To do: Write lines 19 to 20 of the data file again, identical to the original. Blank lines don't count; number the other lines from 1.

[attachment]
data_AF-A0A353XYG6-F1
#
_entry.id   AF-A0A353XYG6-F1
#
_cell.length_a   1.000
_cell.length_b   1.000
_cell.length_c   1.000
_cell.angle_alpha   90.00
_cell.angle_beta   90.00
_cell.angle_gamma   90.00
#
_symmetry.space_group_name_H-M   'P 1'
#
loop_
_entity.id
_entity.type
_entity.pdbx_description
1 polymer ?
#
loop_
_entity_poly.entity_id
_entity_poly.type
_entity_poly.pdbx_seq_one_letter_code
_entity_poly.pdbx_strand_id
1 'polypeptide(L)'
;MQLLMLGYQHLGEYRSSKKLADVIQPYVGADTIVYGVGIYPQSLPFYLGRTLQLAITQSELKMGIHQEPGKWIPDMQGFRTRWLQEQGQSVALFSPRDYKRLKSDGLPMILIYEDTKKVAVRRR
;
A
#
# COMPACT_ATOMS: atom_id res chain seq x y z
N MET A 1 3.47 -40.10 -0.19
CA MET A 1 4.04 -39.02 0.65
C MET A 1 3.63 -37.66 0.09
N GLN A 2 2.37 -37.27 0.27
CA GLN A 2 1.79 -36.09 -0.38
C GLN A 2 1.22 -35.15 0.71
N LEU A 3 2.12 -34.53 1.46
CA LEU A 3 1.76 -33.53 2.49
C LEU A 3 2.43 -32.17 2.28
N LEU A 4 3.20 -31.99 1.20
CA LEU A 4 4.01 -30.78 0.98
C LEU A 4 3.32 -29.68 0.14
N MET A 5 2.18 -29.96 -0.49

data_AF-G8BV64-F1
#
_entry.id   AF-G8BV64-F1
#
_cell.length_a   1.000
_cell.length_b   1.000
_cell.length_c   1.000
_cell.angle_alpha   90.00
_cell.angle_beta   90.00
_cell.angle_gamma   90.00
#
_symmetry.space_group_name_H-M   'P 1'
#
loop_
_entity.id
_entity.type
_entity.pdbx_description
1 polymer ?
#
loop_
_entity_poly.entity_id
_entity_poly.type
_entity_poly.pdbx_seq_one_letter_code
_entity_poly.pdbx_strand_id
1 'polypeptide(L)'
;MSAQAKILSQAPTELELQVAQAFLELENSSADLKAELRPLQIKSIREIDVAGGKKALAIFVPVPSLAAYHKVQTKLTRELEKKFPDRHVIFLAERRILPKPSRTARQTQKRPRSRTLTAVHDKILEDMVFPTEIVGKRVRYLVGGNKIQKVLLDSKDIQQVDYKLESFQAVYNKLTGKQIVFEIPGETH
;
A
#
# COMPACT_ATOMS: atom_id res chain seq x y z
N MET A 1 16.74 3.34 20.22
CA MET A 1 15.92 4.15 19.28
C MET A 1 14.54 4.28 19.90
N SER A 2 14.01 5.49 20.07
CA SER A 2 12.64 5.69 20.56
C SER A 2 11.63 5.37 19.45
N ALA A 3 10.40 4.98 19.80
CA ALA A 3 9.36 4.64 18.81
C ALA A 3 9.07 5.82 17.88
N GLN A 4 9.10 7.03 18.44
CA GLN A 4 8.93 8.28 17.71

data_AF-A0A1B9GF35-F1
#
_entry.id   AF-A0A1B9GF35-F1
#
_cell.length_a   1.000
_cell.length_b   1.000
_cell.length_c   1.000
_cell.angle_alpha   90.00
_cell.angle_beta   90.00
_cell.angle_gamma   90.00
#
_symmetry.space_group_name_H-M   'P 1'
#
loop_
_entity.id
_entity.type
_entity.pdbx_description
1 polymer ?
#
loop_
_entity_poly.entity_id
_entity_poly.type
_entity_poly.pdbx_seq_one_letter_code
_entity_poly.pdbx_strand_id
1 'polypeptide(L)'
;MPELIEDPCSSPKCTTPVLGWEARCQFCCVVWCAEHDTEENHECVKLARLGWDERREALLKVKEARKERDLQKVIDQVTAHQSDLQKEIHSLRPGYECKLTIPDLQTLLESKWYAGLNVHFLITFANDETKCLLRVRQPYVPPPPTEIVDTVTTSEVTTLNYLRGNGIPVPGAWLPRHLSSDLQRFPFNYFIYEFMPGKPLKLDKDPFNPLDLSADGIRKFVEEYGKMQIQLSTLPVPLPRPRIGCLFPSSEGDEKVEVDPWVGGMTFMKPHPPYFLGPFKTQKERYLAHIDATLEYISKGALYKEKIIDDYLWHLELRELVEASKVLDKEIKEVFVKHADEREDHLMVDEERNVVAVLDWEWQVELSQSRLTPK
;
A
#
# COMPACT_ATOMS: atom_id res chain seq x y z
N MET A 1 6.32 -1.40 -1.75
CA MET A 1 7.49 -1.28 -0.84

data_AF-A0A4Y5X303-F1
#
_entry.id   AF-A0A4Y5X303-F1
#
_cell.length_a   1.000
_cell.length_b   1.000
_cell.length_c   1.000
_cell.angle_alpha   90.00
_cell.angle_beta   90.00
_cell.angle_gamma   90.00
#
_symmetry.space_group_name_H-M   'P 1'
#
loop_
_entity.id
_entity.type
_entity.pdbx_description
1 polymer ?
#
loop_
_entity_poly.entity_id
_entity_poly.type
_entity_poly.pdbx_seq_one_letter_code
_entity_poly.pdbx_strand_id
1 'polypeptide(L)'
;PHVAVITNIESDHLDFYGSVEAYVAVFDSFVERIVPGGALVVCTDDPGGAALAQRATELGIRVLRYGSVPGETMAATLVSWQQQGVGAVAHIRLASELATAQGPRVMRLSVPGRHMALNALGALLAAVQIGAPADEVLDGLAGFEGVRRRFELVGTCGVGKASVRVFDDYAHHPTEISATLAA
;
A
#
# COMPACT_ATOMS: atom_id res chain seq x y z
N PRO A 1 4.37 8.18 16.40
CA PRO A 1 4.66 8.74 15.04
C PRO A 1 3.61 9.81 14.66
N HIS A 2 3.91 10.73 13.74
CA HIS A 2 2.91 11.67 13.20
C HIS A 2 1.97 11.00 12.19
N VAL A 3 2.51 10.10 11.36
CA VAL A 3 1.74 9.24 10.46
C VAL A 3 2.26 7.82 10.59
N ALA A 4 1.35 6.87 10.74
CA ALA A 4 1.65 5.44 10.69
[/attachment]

#
loop_